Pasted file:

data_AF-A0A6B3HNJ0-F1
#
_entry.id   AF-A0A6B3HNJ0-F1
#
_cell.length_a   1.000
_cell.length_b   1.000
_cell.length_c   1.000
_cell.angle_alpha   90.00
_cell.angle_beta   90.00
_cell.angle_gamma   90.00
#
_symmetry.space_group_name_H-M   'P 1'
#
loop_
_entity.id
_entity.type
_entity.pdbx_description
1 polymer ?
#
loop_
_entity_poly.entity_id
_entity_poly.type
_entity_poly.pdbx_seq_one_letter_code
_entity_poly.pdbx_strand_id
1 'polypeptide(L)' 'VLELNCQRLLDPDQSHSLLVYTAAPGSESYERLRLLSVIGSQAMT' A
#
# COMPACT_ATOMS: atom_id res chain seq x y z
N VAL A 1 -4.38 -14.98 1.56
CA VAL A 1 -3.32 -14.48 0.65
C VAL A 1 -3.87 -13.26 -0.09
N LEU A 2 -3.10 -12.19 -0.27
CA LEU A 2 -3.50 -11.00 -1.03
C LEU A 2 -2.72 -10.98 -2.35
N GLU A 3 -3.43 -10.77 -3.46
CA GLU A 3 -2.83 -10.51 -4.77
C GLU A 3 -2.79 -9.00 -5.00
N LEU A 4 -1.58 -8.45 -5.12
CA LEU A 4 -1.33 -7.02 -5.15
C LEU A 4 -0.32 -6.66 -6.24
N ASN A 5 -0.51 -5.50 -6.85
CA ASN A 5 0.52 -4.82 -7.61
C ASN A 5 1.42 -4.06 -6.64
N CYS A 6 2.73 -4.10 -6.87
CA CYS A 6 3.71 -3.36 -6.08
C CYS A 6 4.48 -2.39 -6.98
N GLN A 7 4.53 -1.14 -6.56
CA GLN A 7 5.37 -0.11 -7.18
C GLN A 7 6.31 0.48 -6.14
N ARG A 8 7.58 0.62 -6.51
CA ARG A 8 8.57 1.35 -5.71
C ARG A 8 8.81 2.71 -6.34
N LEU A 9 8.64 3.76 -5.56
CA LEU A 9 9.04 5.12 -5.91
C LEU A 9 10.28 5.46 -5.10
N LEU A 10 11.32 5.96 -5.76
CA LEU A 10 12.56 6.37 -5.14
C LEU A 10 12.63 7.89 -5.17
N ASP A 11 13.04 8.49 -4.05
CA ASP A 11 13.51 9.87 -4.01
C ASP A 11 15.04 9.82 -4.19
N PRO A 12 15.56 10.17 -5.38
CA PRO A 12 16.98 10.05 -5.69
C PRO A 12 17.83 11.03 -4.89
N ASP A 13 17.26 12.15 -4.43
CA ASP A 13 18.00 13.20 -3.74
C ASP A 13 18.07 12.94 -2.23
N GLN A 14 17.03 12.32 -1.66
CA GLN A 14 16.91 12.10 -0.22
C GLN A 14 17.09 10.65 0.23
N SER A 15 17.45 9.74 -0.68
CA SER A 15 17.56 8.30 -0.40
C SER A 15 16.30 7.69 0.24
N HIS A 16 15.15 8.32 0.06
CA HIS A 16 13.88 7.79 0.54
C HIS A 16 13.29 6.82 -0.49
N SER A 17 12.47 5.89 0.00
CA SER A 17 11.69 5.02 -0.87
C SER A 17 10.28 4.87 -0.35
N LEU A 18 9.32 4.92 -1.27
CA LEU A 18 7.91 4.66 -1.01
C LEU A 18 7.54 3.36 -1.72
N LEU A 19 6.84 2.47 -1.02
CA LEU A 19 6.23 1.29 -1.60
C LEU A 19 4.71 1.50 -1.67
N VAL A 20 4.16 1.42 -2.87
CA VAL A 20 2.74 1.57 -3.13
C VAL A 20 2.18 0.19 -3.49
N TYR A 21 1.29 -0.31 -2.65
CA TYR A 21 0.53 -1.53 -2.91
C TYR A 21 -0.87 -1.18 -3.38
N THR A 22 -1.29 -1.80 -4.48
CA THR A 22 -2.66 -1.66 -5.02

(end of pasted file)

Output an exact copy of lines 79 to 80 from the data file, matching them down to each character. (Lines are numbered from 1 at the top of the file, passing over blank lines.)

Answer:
N LEU A 18 9.32 4.92 -1.27
CA LEU A 18 7.91 4.66 -1.01